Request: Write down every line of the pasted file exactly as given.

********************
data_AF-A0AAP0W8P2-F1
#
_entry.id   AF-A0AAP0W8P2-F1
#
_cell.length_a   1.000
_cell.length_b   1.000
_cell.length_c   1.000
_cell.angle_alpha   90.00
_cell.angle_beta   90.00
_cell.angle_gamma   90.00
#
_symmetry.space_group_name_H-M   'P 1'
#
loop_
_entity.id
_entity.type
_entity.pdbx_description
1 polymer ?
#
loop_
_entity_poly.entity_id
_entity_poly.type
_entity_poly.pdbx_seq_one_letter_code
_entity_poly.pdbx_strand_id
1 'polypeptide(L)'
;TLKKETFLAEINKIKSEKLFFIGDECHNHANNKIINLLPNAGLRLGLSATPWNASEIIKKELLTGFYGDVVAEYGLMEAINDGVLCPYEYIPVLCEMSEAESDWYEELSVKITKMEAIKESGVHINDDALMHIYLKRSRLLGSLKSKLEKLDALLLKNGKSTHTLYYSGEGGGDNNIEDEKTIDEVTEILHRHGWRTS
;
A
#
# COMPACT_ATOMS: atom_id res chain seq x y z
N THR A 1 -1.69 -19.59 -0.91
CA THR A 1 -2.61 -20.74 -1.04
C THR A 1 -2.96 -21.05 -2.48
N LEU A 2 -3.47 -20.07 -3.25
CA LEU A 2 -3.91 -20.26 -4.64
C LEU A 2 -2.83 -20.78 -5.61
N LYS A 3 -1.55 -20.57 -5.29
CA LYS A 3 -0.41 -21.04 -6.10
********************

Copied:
data_AF-A0AAP0W8P2-F1
#
_entry.id   AF-A0AAP0W8P2-F1
#
_cell.length_a   1.000
_cell.length_b   1.000
_cell.length_c   1.000
_cell.angle_alpha   90.00
_cell.angle_beta   90.00
_cell.angle_gamma   90.00
#
_symmetry.space_group_name_H-M   'P 1'
#
loop_
_entity.id
_entity.type
_entity.pdbx_description
1 polymer ?
#
loop_
_entity_poly.entity_id
_entity_poly.type
_entity_poly.pdbx_seq_one_letter_code
_entity_poly.pdbx_strand_id
1 'polypeptide(L)'
;TLKKETFLAEINKIKSEKLFFIGDECHNHANNKIINLLPNAGLRLGLSATPWNASEIIKKELLTGFYGDVVAEYGLMEAINDGVLCPYEYIPVLCEMSEAESDWYEELSVKITKMEAIKESGVHINDDALMHIYLKRSRLLGSLKSKLEKLDALLLKNGKSTHTLYYSGEGGGDNNIEDEKTIDEVTEILHRHGWRTS
;
A
#
# COMPACT_ATOMS: atom_id res chain seq x y z
N THR A 1 -1.69 -19.59 -0.91
CA THR A 1 -2.61 -20.74 -1.04
C THR A 1 -2.96 -21.05 -2.48
N LEU A 2 -3.47 -20.07 -3.25
CA LEU A 2 -3.91 -20.26 -4.64
C LEU A 2 -2.83 -20.78 -5.61
N LYS A 3 -1.55 -20.57 -5.29
CA LYS A 3 -0.41 -21.04 -6.10